## Tuesday, March 18, 2014

### I/D#3: Unit Q Cocept 1: Using fundamental identities to simplify and verify expressions(simple,one or two step identities)

INQUIRY ACTIVITY SUMMARY
1.)
a. An identity is a proven formula and fact that are always true. The Pythagorean Theorem is an identity because it is a proven formula that is true.
b. The Pythagorean theorem  is x^2+y^2=r^2.
c. If you wanted x^2+y^2=r^2 to equal 1 you will need to divide r^2 to the other side and you are left with x^2/r^2 +y^2/r^2=1. However, we can rewrite that and say (x/r)^2+(y/r)^2=1 because of the distributive property of a power.
d. The ratio for cosine on the unit circle is x/r.
e. The ratio for sine on the unit circle is y/r.
f. We can plug in cosine for x/r in the Pythagorean theorem(x/r)^2+(y/r)^2=1 and sin for y/r. We can conclude that the Pythagorean theorem is cos^2theta+sin^2theta=1.
g. Sin^2theta+cos^2theta=1 is referred to as a Pythagorean identity because we can plug in cosine for x/r in the Pythagorean theorem (x/r)^2+(y/r)^2=1 and sin for y/r and it is still the Pythagorean theorem but in words because the trig function for cos was x/r and sin's  trig function was y/r. Therefore, it is the same as (x/r)^2+(y/r)^2=1 because we know the trig function for cos was x/r and sin's  trig function was y/r.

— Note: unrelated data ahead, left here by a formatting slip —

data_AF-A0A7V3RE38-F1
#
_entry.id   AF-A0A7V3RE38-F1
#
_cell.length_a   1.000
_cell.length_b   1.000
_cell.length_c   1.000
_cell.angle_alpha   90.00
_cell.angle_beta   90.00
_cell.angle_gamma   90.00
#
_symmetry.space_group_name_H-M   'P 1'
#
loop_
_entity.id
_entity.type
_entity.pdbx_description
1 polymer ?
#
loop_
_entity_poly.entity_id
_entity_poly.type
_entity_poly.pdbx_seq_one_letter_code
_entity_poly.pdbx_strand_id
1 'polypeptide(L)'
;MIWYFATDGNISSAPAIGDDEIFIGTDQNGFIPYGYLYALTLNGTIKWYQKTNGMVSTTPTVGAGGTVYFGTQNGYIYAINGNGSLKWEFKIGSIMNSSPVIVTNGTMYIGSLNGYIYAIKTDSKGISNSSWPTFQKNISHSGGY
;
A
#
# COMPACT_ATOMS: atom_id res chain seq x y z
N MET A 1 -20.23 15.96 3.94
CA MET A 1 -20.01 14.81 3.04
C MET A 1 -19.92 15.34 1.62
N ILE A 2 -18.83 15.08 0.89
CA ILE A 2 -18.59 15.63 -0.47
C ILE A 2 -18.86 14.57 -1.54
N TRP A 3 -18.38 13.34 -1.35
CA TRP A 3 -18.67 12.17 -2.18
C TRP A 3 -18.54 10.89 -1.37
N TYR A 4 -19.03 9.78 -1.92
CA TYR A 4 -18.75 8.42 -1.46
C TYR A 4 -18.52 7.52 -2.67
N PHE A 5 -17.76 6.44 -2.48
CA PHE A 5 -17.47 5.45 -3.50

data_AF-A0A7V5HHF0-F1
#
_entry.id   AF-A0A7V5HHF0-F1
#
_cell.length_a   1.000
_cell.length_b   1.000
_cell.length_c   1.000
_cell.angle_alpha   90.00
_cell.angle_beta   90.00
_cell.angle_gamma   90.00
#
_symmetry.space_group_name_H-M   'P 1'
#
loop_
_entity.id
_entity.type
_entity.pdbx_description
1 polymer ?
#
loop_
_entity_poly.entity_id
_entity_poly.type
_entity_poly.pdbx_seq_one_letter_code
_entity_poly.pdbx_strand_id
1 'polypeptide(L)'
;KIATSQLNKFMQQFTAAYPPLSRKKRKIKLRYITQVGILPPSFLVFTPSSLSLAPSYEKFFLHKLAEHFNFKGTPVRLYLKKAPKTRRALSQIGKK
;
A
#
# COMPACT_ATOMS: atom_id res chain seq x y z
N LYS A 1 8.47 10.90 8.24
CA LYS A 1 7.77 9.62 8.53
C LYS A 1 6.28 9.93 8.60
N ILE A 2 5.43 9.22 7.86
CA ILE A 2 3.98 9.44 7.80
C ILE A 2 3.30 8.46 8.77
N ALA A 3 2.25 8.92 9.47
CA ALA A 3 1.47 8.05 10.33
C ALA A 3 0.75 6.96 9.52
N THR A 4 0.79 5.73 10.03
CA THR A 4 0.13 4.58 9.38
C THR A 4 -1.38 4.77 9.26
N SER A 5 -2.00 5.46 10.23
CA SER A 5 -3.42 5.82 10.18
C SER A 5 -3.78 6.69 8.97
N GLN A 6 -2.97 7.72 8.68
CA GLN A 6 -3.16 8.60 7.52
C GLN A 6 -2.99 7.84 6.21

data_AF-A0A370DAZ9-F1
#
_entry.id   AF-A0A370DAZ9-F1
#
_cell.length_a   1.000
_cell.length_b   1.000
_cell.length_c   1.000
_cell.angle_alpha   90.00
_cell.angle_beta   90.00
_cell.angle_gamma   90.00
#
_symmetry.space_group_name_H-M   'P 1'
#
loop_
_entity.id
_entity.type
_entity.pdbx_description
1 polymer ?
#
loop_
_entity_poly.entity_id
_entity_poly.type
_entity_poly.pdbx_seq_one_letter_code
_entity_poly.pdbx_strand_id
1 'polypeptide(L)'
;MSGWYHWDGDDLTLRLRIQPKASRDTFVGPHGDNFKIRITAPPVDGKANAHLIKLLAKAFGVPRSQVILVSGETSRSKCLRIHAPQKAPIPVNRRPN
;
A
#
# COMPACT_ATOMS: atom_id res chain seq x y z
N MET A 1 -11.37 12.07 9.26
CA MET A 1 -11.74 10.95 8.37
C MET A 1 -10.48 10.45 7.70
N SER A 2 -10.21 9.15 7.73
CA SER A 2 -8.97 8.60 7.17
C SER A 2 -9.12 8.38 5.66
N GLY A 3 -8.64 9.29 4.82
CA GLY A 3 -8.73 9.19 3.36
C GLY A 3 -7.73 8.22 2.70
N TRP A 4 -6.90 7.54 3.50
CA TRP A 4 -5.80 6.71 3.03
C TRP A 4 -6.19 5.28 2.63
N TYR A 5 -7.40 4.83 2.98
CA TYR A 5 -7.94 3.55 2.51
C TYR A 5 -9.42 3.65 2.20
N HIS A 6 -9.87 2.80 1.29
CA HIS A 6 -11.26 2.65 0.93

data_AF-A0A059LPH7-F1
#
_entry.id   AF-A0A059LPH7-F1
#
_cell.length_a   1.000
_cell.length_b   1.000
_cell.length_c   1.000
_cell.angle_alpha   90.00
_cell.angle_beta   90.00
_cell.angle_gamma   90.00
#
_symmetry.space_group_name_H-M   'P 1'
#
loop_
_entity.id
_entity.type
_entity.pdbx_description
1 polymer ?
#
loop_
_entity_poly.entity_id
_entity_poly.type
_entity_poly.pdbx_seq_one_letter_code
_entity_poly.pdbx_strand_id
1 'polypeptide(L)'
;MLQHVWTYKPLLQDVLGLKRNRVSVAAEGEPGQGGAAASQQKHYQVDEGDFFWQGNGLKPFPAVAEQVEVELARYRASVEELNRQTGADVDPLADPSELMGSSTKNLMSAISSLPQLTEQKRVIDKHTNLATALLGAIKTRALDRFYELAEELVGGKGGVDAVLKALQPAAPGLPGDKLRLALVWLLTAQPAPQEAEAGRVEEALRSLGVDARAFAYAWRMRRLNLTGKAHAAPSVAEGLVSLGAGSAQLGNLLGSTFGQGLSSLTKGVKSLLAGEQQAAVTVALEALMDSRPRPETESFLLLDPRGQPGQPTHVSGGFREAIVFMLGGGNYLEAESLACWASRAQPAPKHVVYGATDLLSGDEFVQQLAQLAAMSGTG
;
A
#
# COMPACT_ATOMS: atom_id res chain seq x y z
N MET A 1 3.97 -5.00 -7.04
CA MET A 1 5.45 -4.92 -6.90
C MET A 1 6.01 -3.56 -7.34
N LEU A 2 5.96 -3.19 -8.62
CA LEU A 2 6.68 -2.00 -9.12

h.
2.)
a.
b.
INQUIRY ACTIVITY REFLECTION
1. The connections that I see between Units N, O, P, and Q so far are the unit circle provided us with the ordered pairs of trig function and then we wan use those trig functions to solve for missing angles and sides of special right triangles and non-right triangles and now we can use the unit circle trig functions and ordered pairs to rewrite the Pythagorean theorem. Perhaps, we can use those trig functions and the Pythagorean theorem to now find missing angles and sides of special right triangles.
2.If I had to describe trigonometry in THREE words, they would be algebra geometry combined.